To the outsider, to those disinterested in golf, the term “golf caddy” (or “golf caddie”) conjures up a disparaging image of a bag man, someone who lumbers a heavy golf bag around the course on behalf of the much more glamorous figure that is the professional golfer.
Golf caddies are seen as little more than porters, doing the heavy lifting which makes life so much easier for the superstar with the long iron and the immaculately pressed polo shirt.
But to say this impression is misleading is to put it mildly. Whilst the caddy is of course subordinate to the player whom he or she is employed to assist, a good caddy is invaluable to any serious pro golfer.
For starters most caddies will be expected to ensure that the player’s clubs and equipment are in good order before they venture forth out onto the golf course. Clubs in particular need to be clean and in excellent condition, and certainly not faulty in any way.
Golf Course Management
Course management is also an important responsibility for the caddy, being aware of the general layout of a golf course in addition to having some insight into its condition prior to any competition. As well as clean clubs, check golf balls and rake sand traps, the caddy is an all round general assistant.
A good caddy helps around the course too, fixing divots and removing any obstacles which may prove detrimental to the performance of the golfer on the day.
Providing moral support during challenging times and fending off over-enthusiastic supporters are also listed from time to time amongst the duties of the golf caddy, thereby keeping the golfer focused on the task at hand.
It is truly difficult to exaggerate the importance of this second member of the team in what is on the surface of it a sport for individuals.
A Brief History of the Golf Caddy
The first acknowledged use of a golf caddy was in Scotland in 1817, and for many years the practice never really extended beyond that small corner of the world, but it gradually spread – first of all at the very top level and later beyond. In the beginning clubs would hire out caddies to their guests rather than expecting them to employ their own.
It was only in the second half of the twentieth century that it became commonplace for pro golfers to employ their own, professional caddies who would travel along with them around the tournament golf circuit. Unlike the first caddies, these of course would be familiar with the particular needs of their specific employer.
Where Does the Word “Caddy” Originate?
It is said that in the fifteenth century Mary Queen of Scots was studying in France and introduced the game of golf to the locals whilst across the Channel. Being both female and a royal, it was considered only polite that she would have helpers on hand to carry her bags.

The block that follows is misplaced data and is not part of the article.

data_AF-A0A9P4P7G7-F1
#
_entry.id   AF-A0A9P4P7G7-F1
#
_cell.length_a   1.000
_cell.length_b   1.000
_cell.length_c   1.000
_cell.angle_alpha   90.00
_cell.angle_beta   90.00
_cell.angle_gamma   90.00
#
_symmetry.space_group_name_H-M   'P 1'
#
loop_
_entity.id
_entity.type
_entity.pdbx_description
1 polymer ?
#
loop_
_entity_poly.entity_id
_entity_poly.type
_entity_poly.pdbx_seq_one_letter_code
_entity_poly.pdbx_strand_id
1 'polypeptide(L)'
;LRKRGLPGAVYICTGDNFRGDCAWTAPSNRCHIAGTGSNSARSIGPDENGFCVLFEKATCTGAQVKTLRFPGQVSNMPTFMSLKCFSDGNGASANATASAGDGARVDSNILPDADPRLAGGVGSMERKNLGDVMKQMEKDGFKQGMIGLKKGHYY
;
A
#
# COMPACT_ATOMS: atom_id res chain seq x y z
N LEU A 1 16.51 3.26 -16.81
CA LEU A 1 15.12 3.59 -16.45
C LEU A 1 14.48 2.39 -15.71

These were provided by the French military and were called “cadets”, which in due course became anglicized to “caddy”. Sometimes the alternative spelling “caddie” is also used, which is entirely legitimate according to the dictionary.
Despite the lack of immediate proximity between the two countries, it was not unusual for the Scots to adopt the odd French word. In the eighteenth century the term caddy came to be used to describe a porter or general errand-boy in Scottish towns.
The earliest known caddy was called Andrew Dickson, who went on to make golf clubs and to work for the Duke of York. Another, amusingly, was known as “Daft Willie Gunn”, who caddied for members of the Edinburgh Burgess Golfing Society.
Beyond the Call of Duty
At the Evian Championship in France in 2019 golf caddy Benji Thompson was made aware by his player Lexi Thompson (no relation) that she didn’t have her passport. She was due to fly out of Geneva in Switzerland to the Women’s British Open in England, but would not be able to leave France without it. The elusive passport was in her golf bag, which was in a van being driven away somewhere else by another caddy.
Benji Thompson took a cab which would enable him to meet up with the other caddy about an hour south of Geneva, but more chaos ensued when the taxi driver insisted upon taking him in the wrong direction. Time was of the essence, and after much haranguing he managed to persuade the driver to follow his instructions.
When he met the other caddy though, Lexi’s golf bag was one of 38 tightly crammed into the back of a van. Benji had to remove them all and delve through them until he found hers, all the time with the clock ticking down on their departing flight. And then he had to pack the other bags back again!
Eventually both golfer and caddy made it to England, albeit several hours late, and Lexi was able to compete.
Some Well-Known Caddies
Those who follow golf, and even many who don’t, will be familiar with some of the biggest names in the sport. Tiger Woods is a household name in any household, whilst those slightly older would be equally familiar with the likes of Nick Faldo, Jack Nicklaus, Tom Watson or Seve Ballesteros. But mention names like Steve Williams or Paul Tesori and blank looks will be the order of the day amongst any but those really in the know.
And yet most golfers who are sufficiently invested in the sport would not only be familiar with such people, but would look upon them with great respect. And rightly so, because just as there are great players there are also great caddies, individuals who are much sought after within the game of golf.
Indeed a great caddy is probably the single best asset that any professional golfer could boast. Not just a carrier of bags, but an active assistant with sufficient knowledge to add real value to any player’s game.